On the day I had my first look at the school I would later come to lead, it had just received its second “requires improvement” judgement from Ofsted. The head had retired and left a leadership vacuum that the deputy at that point was bravely trying to fill. Staff morale was low.

Then, just after I started, we received a review visit from the local authority, which slammed the school.

Clearly, there were significant problems. As the new head, it was my job to find a way to fix them.

The common narrative for turning around a school in these circumstances almost always involves staff leaving. Changing trajectory, goes the thinking, requires a new head to freshen up the team; it involves a root and branch purge of the dead wood.”

Getting rid of staff isn’t the answer. TES article

Here are links to other related Leadership blogs…

The easy guide to improving schools…Invest in the important stuff.

Missing the positives… The need for #optimisticed

Be More Alfred! (Let Batman be Batman)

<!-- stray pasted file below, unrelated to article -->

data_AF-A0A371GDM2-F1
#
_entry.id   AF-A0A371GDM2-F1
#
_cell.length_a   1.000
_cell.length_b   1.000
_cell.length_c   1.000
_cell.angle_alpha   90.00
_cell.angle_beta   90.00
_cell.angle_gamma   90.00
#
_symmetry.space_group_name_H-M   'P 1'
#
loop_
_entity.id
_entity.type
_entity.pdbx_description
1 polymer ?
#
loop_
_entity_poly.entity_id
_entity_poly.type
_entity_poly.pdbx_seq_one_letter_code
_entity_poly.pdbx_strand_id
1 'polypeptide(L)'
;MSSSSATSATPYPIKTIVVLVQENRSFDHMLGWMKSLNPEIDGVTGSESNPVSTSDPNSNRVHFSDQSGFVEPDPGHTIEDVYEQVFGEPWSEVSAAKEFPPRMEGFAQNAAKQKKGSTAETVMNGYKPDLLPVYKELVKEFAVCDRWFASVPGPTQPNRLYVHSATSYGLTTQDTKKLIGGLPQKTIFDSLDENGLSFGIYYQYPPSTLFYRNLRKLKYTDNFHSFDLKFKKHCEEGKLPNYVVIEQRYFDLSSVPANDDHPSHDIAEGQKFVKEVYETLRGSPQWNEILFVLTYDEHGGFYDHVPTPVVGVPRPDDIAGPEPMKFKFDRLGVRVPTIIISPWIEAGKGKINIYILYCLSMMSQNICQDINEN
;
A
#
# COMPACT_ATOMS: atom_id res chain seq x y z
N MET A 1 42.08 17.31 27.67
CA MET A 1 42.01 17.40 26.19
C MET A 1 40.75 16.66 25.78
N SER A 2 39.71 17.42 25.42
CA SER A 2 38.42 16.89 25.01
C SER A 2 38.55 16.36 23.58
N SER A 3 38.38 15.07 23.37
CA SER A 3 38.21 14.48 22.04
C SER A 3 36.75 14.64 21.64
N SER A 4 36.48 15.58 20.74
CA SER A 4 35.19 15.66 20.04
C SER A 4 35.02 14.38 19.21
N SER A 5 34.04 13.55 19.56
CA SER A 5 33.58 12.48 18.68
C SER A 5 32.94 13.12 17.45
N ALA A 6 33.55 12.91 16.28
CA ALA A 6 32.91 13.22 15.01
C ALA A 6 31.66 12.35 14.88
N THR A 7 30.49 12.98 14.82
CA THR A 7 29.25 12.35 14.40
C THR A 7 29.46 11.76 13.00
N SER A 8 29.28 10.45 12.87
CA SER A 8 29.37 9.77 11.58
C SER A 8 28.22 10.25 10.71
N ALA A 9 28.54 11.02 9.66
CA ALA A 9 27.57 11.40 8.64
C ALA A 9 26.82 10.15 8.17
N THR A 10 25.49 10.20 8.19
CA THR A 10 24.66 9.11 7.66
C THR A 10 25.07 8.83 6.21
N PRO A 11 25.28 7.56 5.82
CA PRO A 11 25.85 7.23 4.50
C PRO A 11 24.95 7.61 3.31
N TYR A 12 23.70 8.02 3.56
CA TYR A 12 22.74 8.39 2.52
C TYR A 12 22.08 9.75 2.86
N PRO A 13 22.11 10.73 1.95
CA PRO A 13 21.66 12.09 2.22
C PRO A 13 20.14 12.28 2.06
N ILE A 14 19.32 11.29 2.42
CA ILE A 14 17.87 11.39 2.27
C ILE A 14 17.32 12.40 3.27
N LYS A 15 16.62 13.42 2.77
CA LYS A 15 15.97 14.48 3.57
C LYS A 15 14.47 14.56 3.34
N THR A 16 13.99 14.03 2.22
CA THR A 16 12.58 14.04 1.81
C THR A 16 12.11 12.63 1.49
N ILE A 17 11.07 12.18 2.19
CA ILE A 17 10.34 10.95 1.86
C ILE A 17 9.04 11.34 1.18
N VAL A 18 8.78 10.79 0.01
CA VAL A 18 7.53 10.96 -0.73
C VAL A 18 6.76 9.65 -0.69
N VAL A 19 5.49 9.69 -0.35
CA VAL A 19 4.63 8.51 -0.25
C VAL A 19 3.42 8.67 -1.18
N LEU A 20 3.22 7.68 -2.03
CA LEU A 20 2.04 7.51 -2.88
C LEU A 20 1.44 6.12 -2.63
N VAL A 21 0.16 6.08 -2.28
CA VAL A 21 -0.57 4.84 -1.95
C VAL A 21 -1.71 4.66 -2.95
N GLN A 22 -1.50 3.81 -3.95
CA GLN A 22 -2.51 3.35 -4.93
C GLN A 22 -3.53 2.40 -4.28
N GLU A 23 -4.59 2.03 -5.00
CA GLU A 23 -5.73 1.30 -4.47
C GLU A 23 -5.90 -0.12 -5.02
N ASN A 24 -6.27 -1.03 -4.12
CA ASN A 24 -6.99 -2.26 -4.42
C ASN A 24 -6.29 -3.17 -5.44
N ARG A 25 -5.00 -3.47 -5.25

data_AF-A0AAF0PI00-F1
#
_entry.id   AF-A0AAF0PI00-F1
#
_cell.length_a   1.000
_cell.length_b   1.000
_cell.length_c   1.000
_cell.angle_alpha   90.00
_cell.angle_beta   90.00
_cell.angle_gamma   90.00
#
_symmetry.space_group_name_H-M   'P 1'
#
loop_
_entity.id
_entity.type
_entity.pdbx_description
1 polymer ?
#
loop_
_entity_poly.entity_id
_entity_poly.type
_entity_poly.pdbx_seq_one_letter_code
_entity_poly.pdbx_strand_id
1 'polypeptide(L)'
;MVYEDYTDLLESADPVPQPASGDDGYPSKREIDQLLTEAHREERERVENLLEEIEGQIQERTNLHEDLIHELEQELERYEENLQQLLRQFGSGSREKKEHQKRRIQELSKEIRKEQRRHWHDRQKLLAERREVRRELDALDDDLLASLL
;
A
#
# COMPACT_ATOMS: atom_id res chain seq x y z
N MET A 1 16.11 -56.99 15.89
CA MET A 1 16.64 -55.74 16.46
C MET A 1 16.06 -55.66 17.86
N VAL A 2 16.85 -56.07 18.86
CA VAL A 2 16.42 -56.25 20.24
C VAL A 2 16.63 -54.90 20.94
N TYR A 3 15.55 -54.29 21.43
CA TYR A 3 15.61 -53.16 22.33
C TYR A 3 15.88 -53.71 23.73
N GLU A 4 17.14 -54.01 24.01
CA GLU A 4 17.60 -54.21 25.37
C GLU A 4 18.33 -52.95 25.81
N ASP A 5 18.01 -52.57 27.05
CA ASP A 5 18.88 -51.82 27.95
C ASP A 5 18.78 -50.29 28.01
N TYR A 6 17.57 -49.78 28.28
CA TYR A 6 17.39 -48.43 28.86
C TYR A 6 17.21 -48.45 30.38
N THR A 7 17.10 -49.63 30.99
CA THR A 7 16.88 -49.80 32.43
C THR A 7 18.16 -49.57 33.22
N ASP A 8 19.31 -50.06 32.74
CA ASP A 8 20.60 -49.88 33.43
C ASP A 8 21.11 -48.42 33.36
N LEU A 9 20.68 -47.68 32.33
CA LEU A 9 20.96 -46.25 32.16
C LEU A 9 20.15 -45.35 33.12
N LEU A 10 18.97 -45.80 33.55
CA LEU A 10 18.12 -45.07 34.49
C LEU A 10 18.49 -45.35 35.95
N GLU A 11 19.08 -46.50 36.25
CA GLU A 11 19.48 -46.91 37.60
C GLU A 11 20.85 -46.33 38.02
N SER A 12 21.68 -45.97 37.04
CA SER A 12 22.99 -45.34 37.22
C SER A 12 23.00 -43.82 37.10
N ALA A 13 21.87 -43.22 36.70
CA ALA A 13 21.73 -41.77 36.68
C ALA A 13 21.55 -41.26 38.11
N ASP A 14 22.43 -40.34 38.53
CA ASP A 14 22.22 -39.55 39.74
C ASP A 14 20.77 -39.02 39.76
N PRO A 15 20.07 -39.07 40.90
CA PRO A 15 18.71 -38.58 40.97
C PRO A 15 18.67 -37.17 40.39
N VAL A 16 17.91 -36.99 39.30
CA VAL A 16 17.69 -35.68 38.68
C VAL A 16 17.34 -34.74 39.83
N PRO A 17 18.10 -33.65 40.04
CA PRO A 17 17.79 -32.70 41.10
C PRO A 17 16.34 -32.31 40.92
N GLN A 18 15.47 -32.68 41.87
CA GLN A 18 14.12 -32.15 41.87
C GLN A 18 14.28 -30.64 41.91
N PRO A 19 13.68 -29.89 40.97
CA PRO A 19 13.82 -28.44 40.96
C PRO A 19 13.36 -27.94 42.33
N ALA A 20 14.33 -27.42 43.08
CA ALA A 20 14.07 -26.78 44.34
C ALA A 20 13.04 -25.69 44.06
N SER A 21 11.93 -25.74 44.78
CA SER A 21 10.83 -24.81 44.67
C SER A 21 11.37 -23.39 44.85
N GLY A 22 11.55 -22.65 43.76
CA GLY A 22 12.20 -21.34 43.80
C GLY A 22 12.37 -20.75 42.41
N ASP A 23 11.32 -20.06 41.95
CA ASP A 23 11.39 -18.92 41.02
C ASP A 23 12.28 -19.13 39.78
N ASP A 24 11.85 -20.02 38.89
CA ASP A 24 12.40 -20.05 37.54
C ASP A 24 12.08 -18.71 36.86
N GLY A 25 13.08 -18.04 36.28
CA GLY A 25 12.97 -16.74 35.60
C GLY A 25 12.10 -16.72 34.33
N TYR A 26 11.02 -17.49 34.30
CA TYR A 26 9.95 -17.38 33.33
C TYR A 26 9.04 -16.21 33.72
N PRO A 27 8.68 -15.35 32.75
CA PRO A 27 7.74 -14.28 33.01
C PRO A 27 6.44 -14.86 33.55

The Ministry of Fun

TRUST ME… You gotta believe.

Reflections…Priorities…still not getting it right.

YOU ARE NOT ALONE … In your office no one can hear you scream!

The Fight to be an Inclusive School… TES article archive #2



Here is link to TES inclusion article…

“For headteacher Simon Smith, the system seems rigged to prevent his school from getting the funding it needs to teach children with special educational needs and disability, but he won’t be put off
I in our town, we have a reputation for being the school that deals with special educational needs and disability. We are a one-form entry primary school with 10 high-needs pupils below the age of seven. We have 14 high-needs pupils in school altogether. A significant number of these children come from outside our school catchment.

When a parent comes to our door and asks whether we can accommodate a pupil’s needs, we bend over backwards to do so. And parents knock on our door a lot. The nearest specialist provisions are an hour’s drive away.”

Fight to be an inclusive school article

and other mildly related links to blogposts


Jack of all trades…Master of none. (Doing the jobs I don’t have the skills to do)

Rebels, Robots, Respect and Responsibility. (What is good Behaviour?)

Why Picturebooks are Important…TES article archive #1

Here is a link to the first article I wrote for the TES…
“This primary headteacher and self-confessed picture book obsessive offers some tips on using them in the classroom

I love picture books. I would go as far as to say I am obsessed by them. And because of that – because I use them all the time in my teaching and rave about them in our school – I know something that those schools less keen on picture books do not: they are an absolutely essential tool for boosting literacy.